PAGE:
Marine Protected Areas in EIFCA’s district

What are Marine Protected Areas?
All marine life across our district is important, but there are habitats and species that are given legal protection in Marine Protected Areas (MPAs).

 

Why have Marine Protected Areas?
In MPAs marine activities are managed to protect and improve marine life. The protective effect of MPAs leads to many positive benefits to the marine environment and for people (Fig.1).

Why have Marine Protected Areas

 

Where are Marine Protected Areas in our district?
There are 16 MPAs in Eastern IFCA’s district as shown in the map below.
Or an interactive map showing all of the UK’s MPAs is available here: Map of Marine Protected Areas

Marine Protected Areas Map

 

SAC-SPA-MCZ

There are two main types of MPA: European Marine Sites (EMS) and Marine Conservation Zones.

European Marine Sites form a network of protected areas across Europe, sometimes referred to as Natura 2000. Extensive parts of the district are within European Marine Site (EMS).

There are 2 types of EMS:

A full list of EMS in our district is available here

Three European Marine Sites in the Eastern IFCA district have dedicated schemes of management are (click the link below to find out more):

Marine Conservation Zones (MCZs) form a national network of sites that protect nationally important, rare or threatened habitats or species around the English coast. There is currently 1 Marine Conservation Zone in our district: Cromer Shoal Chalk Beds MCZ.

EMS and MCZs form part of a wide network of marine protected areas around the coast of Britain.

Eastern IFCA has a duty to protect the features of EMS and MCZ. In an EMS, we work hard to allow sustainable use of these sites without damaging the site.

Video
Click on a link (below) to watch video of some of the amazing marine life in our district:

Marine life in Cromer Shoal Chalk Beds MCZ, Norfolk.

[1] Designated under the EC Habitats Directive
[2] Designated under the EC Birds Directive


 

What fisheries measures have Eastern IFCA introduced in marine protected areas?Cockle fishing - Cockles - Mussels

Eastern IFCA uses byelaws and The Wash Fishery Order (1992) to manage fisheries within the district. Some of
our byelaws have protective effects within MPAs, for example; byelaw 3 (molluscan shellfish methods of fishing) prohibits the use of dredges without EIFCA’s consent.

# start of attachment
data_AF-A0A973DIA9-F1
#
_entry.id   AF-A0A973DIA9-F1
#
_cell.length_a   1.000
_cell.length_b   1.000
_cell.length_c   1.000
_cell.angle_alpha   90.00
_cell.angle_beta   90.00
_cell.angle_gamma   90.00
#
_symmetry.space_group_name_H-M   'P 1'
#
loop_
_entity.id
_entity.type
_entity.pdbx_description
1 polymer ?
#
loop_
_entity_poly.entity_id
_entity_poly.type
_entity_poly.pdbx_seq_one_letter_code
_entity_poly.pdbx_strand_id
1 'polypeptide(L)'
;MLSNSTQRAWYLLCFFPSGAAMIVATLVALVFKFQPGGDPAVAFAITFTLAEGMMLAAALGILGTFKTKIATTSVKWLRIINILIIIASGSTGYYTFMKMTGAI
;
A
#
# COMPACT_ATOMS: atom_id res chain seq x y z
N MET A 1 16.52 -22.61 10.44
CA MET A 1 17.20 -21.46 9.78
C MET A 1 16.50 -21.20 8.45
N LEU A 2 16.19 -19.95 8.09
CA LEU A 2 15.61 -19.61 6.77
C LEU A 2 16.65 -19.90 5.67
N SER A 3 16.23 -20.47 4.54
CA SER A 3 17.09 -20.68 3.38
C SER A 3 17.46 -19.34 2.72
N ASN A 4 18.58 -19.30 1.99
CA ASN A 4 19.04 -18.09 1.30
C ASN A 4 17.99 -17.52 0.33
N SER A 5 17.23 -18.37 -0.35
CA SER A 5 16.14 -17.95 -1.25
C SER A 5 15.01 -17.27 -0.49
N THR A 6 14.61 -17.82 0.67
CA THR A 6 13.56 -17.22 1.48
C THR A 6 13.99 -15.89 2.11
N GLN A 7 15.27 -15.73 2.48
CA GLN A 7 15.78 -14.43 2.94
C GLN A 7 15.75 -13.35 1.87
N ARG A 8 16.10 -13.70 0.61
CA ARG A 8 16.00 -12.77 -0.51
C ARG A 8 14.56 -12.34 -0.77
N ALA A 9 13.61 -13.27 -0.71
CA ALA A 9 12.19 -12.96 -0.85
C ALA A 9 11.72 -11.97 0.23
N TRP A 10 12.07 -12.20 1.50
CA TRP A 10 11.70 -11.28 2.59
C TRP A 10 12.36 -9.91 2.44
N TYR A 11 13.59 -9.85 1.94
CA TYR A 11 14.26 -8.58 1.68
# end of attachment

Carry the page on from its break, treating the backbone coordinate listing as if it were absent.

Each year before the annual cockle and mussel fisheries are opened, management measures are put in place through the Wash Fishery Order (1992) to ensure that fishing activities do not damage The Wash and North Norfolk Coast SAC.

Eastern IFCA also introduced the Protected Areas Byelaw in May 2014. This byelaw enables Eastern IFCA to prohibit or restrict fishing activities within MPAs to protect sensitive habitats and species. There are currently prohibitions in place on bottom-towed-gear (for example beam trawls) in areas where biogenic reef occurs in The Wash. These prohibitions are put in place through a Regulatory Notice which details the area of the prohibition/restriction and the fishing activity it relates to.

The table below lists the Regulatory Notices currently in place and what they protect.

 

Regulatory Notice(click to see full Regulatory Notice including a chart of the relevant area)Area / MPAProtective effect
Regulatory Notice 1The Wash – Wash and North Norfolk Coast SACProhibits bottom towed gear use in nine areas of establishedSabellaria reef in The Wash
Regulatory Notice 2The Wash – Wash and North Norfolk Coast SACProhibits bottom towed gear use in an area of subtidal stony reef
Regulatory Notice 3North Norfolk Coast – Wash and North Norfolk Coast SACProhibits bottom towed gear use in five areas of eelgrass on the North Norfolk Coast
Regulatory Notice 4South bank of the Humber (Lincolnshire) – Humber Estuary SACProhibits bottom towed gear, hand gathering (including bait digging) and crab tiling in an area of intertidal eelgrass.


 

What additional measures are being considered?Shrimp Trawl - Ross Worm Reef

Within the district, Eastern IFCA has conducted assessments of all the fishing activity in MPAs. Where fishing may cause damage to sensitive features, management measures are to be in place by December 2016.

Some fisheries have been found to have potential impacts in some MPAs. Work is underway to design and implement management measures. In particular, the Shrimp fishery in The Wash will require management measures and more information on this can be seen by clicking here.

Where management measures are not needed by December 2016, Eastern IFCA will continue to monitor fishing activity in MPAs to detect if any impacts may be likely to occur. Effort reduction, e.g. seasonal restrictions and/or fleet activity limits

Technical specifications to ensure low-impact gears are used. Eastern IFCA is working with shrimp fishermen and conservation advisors in order to develop measures that meet the conservation requirements of the site and enable a viable fishery to continue. See Latest News for updates on this work

Further fisheries management measures could be required as new evidence is identified. Eastern IFCA proposes to develop a monitoring plan for each marine protected area to show how it will respond to changes in fishing activity and/or conservation advice.

 

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